I dont think it will take much to balance things but there are a few key things that need tweaking to really improve the game.

1. Better Allied MPP generation

2. Weather in the east

3. Toned down tech research progression

4. Decreased loot from conquered countries

This will be tricky to balance because you dont want to emasculate the Axis but I would like to see a game where the Germans run roughshod for the first few years and have a good chance to win outright by late '42 early '43 and if they dont then the Allied avalanche should smash them. As it is the German avalanche builds to a crescendo by mid '41 and never looks back, baring any hideously bad German luck. Very good game in spite of these issues and Hubert seems willing to continue to improve the design. I look forward to his continued developement.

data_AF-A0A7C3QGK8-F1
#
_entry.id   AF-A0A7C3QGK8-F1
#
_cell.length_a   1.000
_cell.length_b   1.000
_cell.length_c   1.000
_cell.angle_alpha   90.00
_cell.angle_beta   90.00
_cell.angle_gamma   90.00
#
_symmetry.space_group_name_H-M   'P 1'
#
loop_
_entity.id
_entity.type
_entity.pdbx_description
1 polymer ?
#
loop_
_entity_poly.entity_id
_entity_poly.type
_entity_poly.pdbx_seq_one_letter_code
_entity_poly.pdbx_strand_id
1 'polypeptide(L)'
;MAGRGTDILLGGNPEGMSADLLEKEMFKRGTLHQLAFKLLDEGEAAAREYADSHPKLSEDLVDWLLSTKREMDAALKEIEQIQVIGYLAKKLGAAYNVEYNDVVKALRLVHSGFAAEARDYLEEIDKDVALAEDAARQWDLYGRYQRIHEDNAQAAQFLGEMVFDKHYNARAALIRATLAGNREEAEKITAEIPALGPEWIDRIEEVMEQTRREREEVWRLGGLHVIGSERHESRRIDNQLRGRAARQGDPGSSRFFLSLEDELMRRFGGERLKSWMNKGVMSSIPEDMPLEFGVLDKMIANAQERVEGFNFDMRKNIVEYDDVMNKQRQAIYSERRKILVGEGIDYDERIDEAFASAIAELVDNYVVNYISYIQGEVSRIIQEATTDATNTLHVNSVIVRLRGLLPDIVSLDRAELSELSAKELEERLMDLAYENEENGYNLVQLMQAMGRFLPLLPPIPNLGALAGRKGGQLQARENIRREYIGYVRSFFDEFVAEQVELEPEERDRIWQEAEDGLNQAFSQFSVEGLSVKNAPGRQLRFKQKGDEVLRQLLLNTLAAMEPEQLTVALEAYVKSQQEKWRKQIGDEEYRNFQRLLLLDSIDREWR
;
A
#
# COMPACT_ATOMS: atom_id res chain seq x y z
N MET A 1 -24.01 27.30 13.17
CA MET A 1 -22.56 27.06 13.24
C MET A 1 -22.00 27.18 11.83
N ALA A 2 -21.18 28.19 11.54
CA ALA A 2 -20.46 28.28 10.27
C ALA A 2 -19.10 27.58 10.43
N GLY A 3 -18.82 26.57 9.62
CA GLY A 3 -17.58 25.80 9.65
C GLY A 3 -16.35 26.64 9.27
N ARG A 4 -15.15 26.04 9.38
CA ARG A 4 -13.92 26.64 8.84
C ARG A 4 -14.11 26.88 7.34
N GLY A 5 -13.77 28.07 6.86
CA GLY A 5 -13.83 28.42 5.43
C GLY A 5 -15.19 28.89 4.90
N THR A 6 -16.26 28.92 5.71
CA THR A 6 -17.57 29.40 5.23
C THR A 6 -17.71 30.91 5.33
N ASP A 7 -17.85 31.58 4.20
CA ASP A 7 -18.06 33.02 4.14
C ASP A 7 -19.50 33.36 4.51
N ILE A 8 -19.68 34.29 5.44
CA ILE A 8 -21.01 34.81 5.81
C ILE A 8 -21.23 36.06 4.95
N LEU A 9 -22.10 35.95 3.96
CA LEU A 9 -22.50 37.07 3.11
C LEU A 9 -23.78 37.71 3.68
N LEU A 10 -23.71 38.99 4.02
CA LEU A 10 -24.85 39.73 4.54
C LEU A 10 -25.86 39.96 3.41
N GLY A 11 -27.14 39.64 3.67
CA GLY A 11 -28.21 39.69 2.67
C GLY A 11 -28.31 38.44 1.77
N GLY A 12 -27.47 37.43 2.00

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If Scorched Earth is on, I often do have a supply

problem as the Germans. Even if I got captured

Russia cities up to 5, nearby HQs seem to benefit

(or not benefit) in a haphazard manner: one HQ

can enjoy nearly optimal supply while one two

hexes away is stuck at 5. Alright the new patch

might allieviate that (HQ linkage), but then we

have just given the Jerries Yet Another

Advantage... :eek:

John DiFool

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SOunds to me like the poblems are unique to a certain style of play, while the game is balanced to a more "traditional" style.

Me, I would NEVER build ten air fleets. Not because I think it won't work, but because I think it is a gamey exploitation of a system that is optimized for a semi-historical approach, and poorly balanced for a grossly a-historical approach.